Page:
Year of Wonders: Interview
In your afterword, you describe chancing upon Eyam and its terrible history while living in England in 1990. Can you tell us a bit about your research—for instance, what you uncovered about the townspeople and perhaps didn’t include in the novel for whatever reason? What about the difficulties of writing a story that blends fiction with historical fact, especially given your journalistic, just-the-facts background?
The written record of what happened in Eyam during the plague year is scant. Apart from three letters by the rector, no narrative account from the year itself actually exists. The “histories” that purport to record the facts were actually written many years later, and historians have found inconsistencies that cast doubt on their accuracy. Therefore, there was no way to write a satisfying nonfiction narrative. And, since the story had taken root in my imagination, the only way to indulge my impulse to tell it was to take the leap into fiction. The factual basis of the story was actually very helpful to me: it was like having the framing of the house already erected—I could see the shape from the beginning. The things I decided not to use from the anecdotal accounts passed down over time were those things that would have seemed most like implausible inventions. For example, a young couple is said to have lived in the church around the plague time, seeking sanctuary from the law. The couple had been married by accident, having drunkenly taken part in a mock wedding at a tavern that was later deemed to have the force of law and sacrament. Unfortunately, the groom was already engaged to another woman. She, enraged, sought his arrest for breach of promise. The couple apparently lived a reasonable life in the church, assisted by sympathetic villagers. This story, although reasonably well substantiated, just seemed too odd to weave into my novel.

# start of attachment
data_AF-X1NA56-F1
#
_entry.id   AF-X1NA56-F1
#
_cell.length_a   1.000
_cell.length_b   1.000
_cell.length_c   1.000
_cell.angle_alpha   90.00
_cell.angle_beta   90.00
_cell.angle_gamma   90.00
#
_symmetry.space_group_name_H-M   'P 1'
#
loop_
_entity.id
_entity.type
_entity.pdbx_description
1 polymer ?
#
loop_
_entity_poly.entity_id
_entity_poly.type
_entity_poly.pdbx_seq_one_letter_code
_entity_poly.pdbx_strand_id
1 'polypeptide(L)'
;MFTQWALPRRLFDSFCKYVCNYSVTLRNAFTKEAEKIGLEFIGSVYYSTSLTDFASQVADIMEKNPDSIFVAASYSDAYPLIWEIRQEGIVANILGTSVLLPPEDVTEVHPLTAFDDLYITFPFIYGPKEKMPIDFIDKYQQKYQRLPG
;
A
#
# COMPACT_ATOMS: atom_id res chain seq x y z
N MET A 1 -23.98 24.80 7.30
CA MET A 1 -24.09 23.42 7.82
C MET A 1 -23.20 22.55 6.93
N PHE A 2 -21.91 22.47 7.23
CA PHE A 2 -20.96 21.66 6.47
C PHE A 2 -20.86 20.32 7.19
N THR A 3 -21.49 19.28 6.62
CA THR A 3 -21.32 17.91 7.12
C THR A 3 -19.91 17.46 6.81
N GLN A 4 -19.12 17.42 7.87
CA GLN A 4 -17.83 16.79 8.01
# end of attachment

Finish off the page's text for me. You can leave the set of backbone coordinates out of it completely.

Read the full interview at BookBrowse.com